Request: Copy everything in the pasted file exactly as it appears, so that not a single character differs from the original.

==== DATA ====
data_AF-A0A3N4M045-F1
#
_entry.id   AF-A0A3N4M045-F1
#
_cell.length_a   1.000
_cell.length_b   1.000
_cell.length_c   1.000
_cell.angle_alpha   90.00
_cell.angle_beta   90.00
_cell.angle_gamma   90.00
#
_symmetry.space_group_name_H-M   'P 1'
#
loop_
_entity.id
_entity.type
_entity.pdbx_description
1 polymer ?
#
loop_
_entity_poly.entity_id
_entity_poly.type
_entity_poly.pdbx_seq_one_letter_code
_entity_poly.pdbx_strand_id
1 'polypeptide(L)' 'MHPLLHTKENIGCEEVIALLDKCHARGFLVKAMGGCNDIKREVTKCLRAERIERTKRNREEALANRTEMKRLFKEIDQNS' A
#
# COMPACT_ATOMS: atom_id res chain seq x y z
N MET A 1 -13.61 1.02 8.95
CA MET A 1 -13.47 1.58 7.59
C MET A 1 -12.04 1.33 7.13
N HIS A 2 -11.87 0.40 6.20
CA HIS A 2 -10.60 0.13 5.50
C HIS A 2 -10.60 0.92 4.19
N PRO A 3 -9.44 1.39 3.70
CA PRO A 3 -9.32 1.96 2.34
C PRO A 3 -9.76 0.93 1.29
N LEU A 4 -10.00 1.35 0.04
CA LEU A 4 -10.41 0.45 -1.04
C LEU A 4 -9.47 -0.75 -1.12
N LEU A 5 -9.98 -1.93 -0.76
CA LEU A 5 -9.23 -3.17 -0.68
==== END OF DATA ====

data_AF-A0A3N4M045-F1
#
_entry.id   AF-A0A3N4M045-F1
#
_cell.length_a   1.000
_cell.length_b   1.000
_cell.length_c   1.000
_cell.angle_alpha   90.00
_cell.angle_beta   90.00
_cell.angle_gamma   90.00
#
_symmetry.space_group_name_H-M   'P 1'
#
loop_
_entity.id
_entity.type
_entity.pdbx_description
1 polymer ?
#
loop_
_entity_poly.entity_id
_entity_poly.type
_entity_poly.pdbx_seq_one_letter_code
_entity_poly.pdbx_strand_id
1 'polypeptide(L)' 'MHPLLHTKENIGCEEVIALLDKCHARGFLVKAMGGCNDIKREVTKCLRAERIERTKRNREEALANRTEMKRLFKEIDQNS' A
#
# COMPACT_ATOMS: atom_id res chain seq x y z
N MET A 1 -13.61 1.02 8.95
CA MET A 1 -13.47 1.58 7.59
C MET A 1 -12.04 1.33 7.13
N HIS A 2 -11.87 0.40 6.20
CA HIS A 2 -10.60 0.13 5.50
C HIS A 2 -10.60 0.92 4.19
N PRO A 3 -9.44 1.39 3.70
CA PRO A 3 -9.32 1.96 2.34
C PRO A 3 -9.76 0.93 1.29
N LEU A 4 -10.00 1.35 0.04
CA LEU A 4 -10.41 0.45 -1.04
C LEU A 4 -9.47 -0.75 -1.12
N LEU A 5 -9.98 -1.93 -0.76
CA LEU A 5 -9.23 -3.17 -0.68